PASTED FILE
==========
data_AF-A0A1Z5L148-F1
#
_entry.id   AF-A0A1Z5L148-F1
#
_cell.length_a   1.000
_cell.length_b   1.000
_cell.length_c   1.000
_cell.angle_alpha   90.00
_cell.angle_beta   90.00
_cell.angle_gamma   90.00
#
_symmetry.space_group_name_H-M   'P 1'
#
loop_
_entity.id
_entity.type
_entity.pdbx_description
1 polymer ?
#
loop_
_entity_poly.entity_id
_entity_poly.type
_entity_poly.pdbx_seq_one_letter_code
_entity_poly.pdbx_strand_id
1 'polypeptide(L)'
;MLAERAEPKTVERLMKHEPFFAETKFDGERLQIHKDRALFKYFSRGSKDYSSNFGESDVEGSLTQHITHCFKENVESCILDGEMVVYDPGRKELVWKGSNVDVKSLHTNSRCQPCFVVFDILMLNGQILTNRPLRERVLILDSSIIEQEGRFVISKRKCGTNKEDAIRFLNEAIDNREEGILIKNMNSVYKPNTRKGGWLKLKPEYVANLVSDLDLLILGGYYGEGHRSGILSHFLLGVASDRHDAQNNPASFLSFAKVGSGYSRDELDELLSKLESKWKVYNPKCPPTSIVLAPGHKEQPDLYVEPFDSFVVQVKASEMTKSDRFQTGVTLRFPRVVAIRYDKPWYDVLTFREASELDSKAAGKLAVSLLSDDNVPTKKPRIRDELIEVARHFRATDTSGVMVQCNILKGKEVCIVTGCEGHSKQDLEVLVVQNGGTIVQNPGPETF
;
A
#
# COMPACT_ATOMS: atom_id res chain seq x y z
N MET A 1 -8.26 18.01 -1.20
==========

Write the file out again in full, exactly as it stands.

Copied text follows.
data_AF-A0A1Z5L148-F1
#
_entry.id   AF-A0A1Z5L148-F1
#
_cell.length_a   1.000
_cell.length_b   1.000
_cell.length_c   1.000
_cell.angle_alpha   90.00
_cell.angle_beta   90.00
_cell.angle_gamma   90.00
#
_symmetry.space_group_name_H-M   'P 1'
#
loop_
_entity.id
_entity.type
_entity.pdbx_description
1 polymer ?
#
loop_
_entity_poly.entity_id
_entity_poly.type
_entity_poly.pdbx_seq_one_letter_code
_entity_poly.pdbx_strand_id
1 'polypeptide(L)'
;MLAERAEPKTVERLMKHEPFFAETKFDGERLQIHKDRALFKYFSRGSKDYSSNFGESDVEGSLTQHITHCFKENVESCILDGEMVVYDPGRKELVWKGSNVDVKSLHTNSRCQPCFVVFDILMLNGQILTNRPLRERVLILDSSIIEQEGRFVISKRKCGTNKEDAIRFLNEAIDNREEGILIKNMNSVYKPNTRKGGWLKLKPEYVANLVSDLDLLILGGYYGEGHRSGILSHFLLGVASDRHDAQNNPASFLSFAKVGSGYSRDELDELLSKLESKWKVYNPKCPPTSIVLAPGHKEQPDLYVEPFDSFVVQVKASEMTKSDRFQTGVTLRFPRVVAIRYDKPWYDVLTFREASELDSKAAGKLAVSLLSDDNVPTKKPRIRDELIEVARHFRATDTSGVMVQCNILKGKEVCIVTGCEGHSKQDLEVLVVQNGGTIVQNPGPETF
;
A
#
# COMPACT_ATOMS: atom_id res chain seq x y z
N MET A 1 -8.26 18.01 -1.20